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About Günter Wilhelm Grass, Nobel Prize in Literature 1999
Günter Wilhelm Grass (born 16 October 1927) is a Nobel Prize-winning German author, poet, playwright, sculptor and artist.
He was born in the Free City of Danzig (now Gdańsk, Poland). In 1945, he came as a refugee to West Germany, but in his fiction he frequently returns to the Danzig of his childhood.
He is best known for his first novel, The Tin Drum, a key text in European magic realism and the first part of his Danzig Trilogy. His works frequently have a left wing political dimension and Grass has been an active supporter of the Social Democratic Party of Germany. In 2006, Grass admitted that he had been a member of the Waffen-SS.
Grass was born in the Free City of Danzig on 16 October 1927, to Willy Grass (1899–1979), a Protestant ethnic German, and Helene Grass (née Knoff, 1898–1954), a Roman Catholic of Kashubian-Polish origin. Grass was raised a Catholic. His parents had a grocery store with an attached apartment in Danzig-Langfuhr (now Gdańsk-Wrzeszcz). He has one sister, who was born in 1930.
Grass attended the Danzig Gymnasium Conradinum. He volunteered for submarine service with the Kriegsmarine "to get out of the confinement he felt as a teenager in his parents' house" which he considered - in a negative way - civic Catholic lower middle class. In 1943 he became a Luftwaffenhelfer, then he was drafted into the Reichsarbeitsdienst, and in November 1944, shortly after his seventeenth birthday, volunteered into the Waffen-SS. The seventeen-year-old Grass saw combat with the 10th SS Panzer Division Frundsberg from February 1945 until he was wounded on 20 April 1945 and sent to an American POW camp.
In 1946 and 1947 he worked in a mine and received a stonemason's education. For many years he studied sculpture and graphics, first at the Kunstakademie Düsseldorf, then at the Universität der Künste Berlin. He also worked as an author and travelled frequently. He married in 1954 and since 1960 has lived in Berlin as well as part-time in Schleswig-Holstein. Divorced in 1978, he remarried in 1979. From 1983 to 1986 he held the presidency of the Berlin Akademie der Künste (Berlin Academy of Arts).
English-speaking readers probably know Grass best as the author of The Tin Drum (Die Blechtrommel), published in 1959 (and subsequently filmed by director Volker Schlöndorff in 1979). It was followed in 1961 by the novella Cat and Mouse (Katz und Maus) and in 1963 by the novel Dog Years (Hundejahre), which together with The Tin Drum form what is known as The Danzig Trilogy. All three works deal with the rise of Nazism and with the war experience in the unique cultural setting of Danzig and the delta of the Vistula River. Dog Years, in many respects a sequel to The Tin Drum, portrays the area's mixed ethnicities and complex historical background in lyrical prose that is highly evocative.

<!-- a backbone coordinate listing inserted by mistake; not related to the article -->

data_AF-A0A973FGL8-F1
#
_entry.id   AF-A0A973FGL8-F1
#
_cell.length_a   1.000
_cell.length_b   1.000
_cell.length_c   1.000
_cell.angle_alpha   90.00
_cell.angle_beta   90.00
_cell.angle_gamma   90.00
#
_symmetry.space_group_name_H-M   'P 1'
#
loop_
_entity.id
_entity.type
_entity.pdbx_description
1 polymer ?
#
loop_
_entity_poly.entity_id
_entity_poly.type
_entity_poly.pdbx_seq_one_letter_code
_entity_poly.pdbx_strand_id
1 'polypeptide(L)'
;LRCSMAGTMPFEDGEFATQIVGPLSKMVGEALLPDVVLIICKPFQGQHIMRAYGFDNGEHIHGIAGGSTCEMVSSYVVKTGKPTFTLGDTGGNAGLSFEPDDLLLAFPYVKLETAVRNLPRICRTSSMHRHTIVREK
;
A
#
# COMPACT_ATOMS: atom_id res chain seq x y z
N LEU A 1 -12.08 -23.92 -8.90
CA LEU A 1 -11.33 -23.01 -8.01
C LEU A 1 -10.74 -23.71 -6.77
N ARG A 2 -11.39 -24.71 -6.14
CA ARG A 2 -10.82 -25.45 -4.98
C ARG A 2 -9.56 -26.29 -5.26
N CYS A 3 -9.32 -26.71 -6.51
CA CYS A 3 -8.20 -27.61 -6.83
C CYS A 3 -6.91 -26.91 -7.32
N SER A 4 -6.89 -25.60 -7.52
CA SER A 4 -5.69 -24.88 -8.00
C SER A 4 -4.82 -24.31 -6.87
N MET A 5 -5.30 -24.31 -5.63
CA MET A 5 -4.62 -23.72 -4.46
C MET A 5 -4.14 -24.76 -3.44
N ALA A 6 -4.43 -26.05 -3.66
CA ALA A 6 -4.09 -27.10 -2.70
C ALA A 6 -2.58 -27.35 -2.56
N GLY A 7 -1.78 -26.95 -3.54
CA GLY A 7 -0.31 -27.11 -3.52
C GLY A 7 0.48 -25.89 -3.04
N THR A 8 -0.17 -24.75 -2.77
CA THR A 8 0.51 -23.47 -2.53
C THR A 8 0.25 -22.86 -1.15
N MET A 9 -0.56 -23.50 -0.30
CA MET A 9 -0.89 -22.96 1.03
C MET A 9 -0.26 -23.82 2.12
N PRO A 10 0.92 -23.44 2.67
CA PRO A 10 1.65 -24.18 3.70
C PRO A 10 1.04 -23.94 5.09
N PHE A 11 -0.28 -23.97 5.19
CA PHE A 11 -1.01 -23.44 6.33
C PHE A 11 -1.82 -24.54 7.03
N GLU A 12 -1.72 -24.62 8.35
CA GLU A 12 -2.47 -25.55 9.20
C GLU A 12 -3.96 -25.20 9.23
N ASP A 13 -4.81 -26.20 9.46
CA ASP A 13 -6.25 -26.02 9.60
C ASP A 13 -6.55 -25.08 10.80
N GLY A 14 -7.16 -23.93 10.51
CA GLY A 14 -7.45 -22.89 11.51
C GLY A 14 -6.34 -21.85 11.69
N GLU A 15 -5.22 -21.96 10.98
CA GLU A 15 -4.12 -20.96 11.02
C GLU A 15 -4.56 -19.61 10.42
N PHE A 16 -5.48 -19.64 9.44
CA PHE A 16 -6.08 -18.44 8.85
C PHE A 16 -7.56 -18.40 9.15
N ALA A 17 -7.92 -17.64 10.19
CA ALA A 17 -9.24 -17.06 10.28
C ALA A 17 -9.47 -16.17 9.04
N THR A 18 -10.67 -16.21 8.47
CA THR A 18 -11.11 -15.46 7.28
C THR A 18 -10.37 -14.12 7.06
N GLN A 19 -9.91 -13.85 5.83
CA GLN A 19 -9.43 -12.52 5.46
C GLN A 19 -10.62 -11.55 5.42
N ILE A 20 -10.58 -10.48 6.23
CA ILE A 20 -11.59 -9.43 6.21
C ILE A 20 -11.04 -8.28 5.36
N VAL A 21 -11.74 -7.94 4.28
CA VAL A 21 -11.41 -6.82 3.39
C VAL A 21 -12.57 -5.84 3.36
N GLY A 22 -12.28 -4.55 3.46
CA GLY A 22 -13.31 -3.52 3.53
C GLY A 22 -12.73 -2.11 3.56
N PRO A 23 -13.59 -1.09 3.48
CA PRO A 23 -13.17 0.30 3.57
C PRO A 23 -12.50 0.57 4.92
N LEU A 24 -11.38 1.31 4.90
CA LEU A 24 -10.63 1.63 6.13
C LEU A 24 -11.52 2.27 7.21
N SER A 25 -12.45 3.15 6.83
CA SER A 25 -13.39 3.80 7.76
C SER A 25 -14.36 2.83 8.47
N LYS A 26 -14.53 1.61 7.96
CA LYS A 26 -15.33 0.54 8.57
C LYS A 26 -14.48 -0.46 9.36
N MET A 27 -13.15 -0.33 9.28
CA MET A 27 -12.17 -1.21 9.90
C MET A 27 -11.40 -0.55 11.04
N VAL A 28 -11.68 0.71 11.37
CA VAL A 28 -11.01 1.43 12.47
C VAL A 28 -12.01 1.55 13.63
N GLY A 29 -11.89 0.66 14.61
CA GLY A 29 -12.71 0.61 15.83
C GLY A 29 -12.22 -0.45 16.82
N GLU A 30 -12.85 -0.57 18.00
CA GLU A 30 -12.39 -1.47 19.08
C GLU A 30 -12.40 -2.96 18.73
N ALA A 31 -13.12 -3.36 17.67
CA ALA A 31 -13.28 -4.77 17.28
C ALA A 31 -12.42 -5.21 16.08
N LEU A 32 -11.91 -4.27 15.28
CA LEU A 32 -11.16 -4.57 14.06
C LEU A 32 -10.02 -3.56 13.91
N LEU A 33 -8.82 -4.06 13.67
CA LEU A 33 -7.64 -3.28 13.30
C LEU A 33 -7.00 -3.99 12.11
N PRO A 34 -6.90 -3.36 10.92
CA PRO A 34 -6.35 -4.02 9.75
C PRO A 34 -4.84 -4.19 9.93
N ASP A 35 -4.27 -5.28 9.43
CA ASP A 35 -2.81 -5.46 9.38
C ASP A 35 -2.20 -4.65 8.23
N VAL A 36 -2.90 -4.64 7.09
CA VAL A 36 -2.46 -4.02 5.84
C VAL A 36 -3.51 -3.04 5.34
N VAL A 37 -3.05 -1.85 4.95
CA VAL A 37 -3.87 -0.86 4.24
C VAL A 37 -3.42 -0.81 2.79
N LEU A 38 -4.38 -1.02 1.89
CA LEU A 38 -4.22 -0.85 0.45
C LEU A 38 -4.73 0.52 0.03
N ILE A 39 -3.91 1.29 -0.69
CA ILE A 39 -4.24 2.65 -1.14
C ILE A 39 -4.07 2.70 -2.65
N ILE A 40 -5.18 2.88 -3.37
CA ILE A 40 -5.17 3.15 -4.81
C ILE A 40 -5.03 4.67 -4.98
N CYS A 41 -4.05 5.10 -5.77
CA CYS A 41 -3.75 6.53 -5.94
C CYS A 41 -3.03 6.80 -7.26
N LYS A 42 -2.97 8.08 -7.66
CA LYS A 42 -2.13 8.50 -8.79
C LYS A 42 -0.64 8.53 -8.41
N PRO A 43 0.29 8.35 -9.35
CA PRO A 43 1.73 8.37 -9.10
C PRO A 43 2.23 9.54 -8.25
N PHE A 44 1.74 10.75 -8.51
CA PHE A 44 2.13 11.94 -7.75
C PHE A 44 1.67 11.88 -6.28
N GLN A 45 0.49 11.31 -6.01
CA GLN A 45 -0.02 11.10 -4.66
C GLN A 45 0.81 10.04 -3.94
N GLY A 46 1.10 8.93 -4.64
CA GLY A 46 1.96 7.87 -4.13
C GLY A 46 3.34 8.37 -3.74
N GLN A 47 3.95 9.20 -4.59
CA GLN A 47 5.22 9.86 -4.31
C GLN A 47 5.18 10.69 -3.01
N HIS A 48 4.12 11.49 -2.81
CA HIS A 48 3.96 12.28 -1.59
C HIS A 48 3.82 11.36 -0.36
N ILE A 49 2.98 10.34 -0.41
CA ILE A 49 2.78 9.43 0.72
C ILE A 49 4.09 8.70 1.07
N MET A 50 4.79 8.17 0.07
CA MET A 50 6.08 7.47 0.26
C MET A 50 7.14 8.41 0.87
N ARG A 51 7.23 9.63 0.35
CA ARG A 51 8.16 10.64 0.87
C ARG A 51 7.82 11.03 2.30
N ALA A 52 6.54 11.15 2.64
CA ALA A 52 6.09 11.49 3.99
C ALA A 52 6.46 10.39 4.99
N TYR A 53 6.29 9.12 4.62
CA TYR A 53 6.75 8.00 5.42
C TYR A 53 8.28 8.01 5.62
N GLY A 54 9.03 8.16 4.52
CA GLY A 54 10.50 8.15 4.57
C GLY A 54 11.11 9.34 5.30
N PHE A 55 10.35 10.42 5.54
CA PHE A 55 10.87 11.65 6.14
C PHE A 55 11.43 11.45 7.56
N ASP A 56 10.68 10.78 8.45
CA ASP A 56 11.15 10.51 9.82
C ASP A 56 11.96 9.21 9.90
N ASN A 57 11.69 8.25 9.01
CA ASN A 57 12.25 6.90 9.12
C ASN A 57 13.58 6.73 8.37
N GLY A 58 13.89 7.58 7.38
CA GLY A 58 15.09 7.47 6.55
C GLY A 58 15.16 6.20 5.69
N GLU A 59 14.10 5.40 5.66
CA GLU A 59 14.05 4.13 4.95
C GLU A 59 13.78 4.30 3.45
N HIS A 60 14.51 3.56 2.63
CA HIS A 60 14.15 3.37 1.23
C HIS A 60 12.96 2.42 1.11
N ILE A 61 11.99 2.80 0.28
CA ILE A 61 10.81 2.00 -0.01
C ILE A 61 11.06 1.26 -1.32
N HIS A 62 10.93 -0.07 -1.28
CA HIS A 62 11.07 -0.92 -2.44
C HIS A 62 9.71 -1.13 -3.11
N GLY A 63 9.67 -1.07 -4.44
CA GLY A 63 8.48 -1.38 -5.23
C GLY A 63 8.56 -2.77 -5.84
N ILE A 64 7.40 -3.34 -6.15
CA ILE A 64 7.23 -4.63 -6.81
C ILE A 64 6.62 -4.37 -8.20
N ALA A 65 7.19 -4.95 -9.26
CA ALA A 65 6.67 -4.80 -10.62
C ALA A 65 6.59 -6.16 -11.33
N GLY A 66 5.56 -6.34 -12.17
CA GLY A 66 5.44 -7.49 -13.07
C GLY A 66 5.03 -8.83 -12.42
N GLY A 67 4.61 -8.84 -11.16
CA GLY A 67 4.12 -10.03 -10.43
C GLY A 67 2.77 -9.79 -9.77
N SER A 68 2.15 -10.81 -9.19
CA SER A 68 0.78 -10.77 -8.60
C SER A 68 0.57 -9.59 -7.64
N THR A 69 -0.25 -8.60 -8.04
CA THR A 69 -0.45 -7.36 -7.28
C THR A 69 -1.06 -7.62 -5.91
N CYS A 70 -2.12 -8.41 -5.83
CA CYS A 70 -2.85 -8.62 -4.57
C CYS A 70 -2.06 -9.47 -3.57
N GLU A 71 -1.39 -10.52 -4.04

Grass has received dozens of international awards and in 1999 achieved the highest literary honor: the Nobel Prize for Literature. His literature is commonly categorized as part of the artistic movement of Vergangenheitsbewältigung, roughly translated as "coming to terms with the past."
In 2002 Grass returned to the forefront of world literature with Crabwalk (Im Krebsgang). This novella, one of whose main characters first appeared in Cat and Mouse, was Grass' most successful work in decades.
Representatives of the City of Bremen joined together to establish the Günter Grass Foundation, with the aim of establishing a centralized collection of his numerous works, especially his many personal readings, videos and films. The Günter Grass House in Lübeck houses exhibitions of his drawings and sculptures, an archive and a library.
As a trained graphic artist, he has also created the distinctive cover art for his novels.
He was elected in 1993 an Honorary Fellow of the Royal Society of Literature.
See also: "Günter Grass - Photo Gallery". Nobelprize.org.